What was a pleasant (for lack of a better word) turn of events were the changes to the status quo along the way that served to underline the treacherous nature of Hell. I’m torn between wanting more books in this setting and being happy with it as a standalone tale.

Over all, an engaging read once I got to grips with it, with unrelenting misery that serves a purpose. Four out of five pitchforks.

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Freshly Recharged

I’ve had a lovely weekend, and even better it feels like a new reinvigoration to go along with it. Work is going well, and I have days off liberally sprinkled through the month to give me some nice pockets of time off in the next few weeks.

This weekend saw a charity event at our sort-of local, The Plough – scene of many a #Tuesday. The ex-Lady M has got involved in her local residents association and got roped into running a stall at the Winter’s Market they decided to run this year.

She in due course corralled Lady M into helping out on another stall, and so the scene was set for a pleasant, if chilly, Saturday.

We’d also invited Lady B from my Monday gaming group along. We’d all met up socially during the summer at Arundel Castle and had been making noises about seeing each other again ever since and not quite making it happen.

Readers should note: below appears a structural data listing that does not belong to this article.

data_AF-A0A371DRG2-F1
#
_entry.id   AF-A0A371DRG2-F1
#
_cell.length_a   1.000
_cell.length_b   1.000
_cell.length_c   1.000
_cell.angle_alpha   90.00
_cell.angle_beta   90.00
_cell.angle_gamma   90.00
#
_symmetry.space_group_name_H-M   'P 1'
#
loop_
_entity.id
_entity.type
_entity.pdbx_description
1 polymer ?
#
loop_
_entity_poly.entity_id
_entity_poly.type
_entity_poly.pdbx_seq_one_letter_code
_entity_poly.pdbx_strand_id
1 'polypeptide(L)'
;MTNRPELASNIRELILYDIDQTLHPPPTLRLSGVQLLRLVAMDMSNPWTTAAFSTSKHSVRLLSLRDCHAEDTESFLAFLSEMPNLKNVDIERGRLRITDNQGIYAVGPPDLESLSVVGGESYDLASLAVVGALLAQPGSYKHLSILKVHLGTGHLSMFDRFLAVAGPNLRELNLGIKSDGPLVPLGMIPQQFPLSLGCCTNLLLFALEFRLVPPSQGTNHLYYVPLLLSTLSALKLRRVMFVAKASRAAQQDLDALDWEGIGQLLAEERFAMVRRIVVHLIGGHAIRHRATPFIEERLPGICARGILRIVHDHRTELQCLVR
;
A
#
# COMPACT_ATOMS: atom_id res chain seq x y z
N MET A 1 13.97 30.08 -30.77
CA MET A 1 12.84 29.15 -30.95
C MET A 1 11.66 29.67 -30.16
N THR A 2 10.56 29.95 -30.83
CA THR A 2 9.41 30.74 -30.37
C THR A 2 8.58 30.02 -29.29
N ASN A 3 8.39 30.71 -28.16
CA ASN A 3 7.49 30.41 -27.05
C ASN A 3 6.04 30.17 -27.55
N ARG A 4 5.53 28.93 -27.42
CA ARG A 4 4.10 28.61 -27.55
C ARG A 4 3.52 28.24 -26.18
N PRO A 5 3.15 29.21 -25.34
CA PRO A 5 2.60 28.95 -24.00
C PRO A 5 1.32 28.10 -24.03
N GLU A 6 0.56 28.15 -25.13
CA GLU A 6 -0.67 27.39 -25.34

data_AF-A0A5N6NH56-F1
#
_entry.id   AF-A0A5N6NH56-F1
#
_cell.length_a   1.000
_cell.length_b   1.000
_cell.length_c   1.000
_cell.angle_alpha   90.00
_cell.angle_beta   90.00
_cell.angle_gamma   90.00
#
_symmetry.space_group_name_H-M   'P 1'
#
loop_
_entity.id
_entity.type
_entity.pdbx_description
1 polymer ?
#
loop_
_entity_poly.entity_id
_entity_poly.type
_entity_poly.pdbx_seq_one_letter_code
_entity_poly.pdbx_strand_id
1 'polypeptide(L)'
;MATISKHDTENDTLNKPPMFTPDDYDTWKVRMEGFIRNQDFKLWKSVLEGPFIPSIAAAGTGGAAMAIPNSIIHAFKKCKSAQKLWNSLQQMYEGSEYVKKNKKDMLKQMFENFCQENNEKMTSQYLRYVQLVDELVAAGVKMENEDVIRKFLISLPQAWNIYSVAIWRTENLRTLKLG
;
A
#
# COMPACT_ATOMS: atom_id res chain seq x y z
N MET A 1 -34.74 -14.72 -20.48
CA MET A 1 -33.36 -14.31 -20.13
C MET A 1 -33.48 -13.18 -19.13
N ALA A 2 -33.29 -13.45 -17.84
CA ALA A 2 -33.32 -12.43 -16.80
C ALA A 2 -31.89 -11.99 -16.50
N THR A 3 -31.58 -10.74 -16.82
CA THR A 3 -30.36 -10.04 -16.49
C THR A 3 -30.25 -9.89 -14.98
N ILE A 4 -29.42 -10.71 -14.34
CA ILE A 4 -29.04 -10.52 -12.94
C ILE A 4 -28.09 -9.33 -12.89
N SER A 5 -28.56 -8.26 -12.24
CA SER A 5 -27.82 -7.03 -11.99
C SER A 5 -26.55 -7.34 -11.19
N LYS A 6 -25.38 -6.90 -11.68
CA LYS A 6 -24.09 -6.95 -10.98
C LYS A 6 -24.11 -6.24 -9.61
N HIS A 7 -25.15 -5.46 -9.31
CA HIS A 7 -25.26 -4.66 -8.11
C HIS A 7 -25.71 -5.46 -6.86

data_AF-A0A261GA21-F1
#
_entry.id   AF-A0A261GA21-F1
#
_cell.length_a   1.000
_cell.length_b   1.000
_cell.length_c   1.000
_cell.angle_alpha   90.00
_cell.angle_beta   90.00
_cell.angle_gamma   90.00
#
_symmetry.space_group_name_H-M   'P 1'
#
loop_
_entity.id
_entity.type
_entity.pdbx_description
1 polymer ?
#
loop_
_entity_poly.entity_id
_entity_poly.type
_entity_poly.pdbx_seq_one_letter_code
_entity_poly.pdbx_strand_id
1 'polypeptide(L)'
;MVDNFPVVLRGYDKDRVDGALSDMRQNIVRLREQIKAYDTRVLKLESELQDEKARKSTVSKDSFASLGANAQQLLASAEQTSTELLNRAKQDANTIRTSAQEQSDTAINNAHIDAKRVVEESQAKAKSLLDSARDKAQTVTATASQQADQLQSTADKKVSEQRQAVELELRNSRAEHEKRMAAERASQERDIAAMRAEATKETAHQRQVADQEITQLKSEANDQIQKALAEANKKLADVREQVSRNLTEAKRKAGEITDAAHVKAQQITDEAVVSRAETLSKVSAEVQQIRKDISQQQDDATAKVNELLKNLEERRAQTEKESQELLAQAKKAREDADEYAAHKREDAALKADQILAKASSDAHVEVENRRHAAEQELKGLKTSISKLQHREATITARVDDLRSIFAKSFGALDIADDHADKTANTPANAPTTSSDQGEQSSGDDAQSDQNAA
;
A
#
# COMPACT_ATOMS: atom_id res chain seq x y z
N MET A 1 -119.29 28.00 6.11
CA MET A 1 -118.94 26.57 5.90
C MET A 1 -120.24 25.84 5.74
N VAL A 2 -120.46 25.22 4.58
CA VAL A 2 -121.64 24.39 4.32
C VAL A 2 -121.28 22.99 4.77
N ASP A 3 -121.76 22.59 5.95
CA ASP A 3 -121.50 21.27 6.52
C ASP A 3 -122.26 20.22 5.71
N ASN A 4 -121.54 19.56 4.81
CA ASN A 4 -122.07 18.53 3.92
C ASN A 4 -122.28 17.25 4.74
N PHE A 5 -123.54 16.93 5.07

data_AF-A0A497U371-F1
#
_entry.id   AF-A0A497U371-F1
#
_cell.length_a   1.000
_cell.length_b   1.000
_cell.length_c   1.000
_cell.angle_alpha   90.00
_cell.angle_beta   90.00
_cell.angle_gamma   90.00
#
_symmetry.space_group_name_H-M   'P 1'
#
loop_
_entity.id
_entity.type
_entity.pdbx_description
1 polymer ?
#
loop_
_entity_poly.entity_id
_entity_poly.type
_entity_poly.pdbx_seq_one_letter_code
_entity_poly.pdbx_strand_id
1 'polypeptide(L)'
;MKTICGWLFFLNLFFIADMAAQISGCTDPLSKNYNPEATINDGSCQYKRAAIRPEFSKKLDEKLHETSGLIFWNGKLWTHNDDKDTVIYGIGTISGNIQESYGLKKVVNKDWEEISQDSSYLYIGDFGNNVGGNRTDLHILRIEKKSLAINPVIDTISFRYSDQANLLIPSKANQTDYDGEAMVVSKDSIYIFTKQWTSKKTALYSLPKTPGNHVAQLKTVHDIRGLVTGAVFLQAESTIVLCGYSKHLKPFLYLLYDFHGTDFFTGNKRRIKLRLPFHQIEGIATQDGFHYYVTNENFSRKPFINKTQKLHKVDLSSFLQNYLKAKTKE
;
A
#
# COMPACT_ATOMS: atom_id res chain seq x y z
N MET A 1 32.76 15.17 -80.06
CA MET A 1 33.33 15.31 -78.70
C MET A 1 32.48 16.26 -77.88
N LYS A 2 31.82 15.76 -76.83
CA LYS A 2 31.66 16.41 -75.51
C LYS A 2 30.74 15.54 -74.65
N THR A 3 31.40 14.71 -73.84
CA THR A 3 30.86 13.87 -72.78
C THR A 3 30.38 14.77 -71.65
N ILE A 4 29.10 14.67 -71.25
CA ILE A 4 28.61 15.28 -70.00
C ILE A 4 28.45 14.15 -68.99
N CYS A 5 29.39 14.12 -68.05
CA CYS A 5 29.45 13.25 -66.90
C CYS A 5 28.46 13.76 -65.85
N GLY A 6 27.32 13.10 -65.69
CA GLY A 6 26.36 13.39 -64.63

For context, and the benefit of those just joining us: the Monday night game takes place online, using Roll20 and Google Hangouts to connect players and GM no matter where they are.

So as we’d been talking about it a while at the end of recent game sessions, I threw out there that this event was happening and the stars aligned. 

Despite the best efforts of public transport, a Lady B duly arrived and we spent a good portion of the afternoon supping beer and relaying food and drink to the two Ladies M as they conquered and assimilated half the stalls. 

A rather confused Lord D (also a veteran of the Monday group) was in attendance as well with his son; and we witnessed a rapid succession of expressions on his face as he recognised a familiar face in an unexpected context and company.

The Charleesi arrived at the tail end of the afternoon, having finished work and done her own battle with TFL, and we all thawed out in the light and warmth of the pub’s log fire.

Given her horrendous journey to us, and the disclosure that she had seen neither Guardians of the Galaxy, or Deadpool, we offered Lady B a bed for the night and a lift home when required.

So began a gentle evening of chatter and silliness, followed by more of the same pretty much all day Sunday as well. It’s been such a wonderful break from the drama and trauma and sickness of late that we’ve all come away smiling and relaxed, positive and shiny for the first time in what feels ages.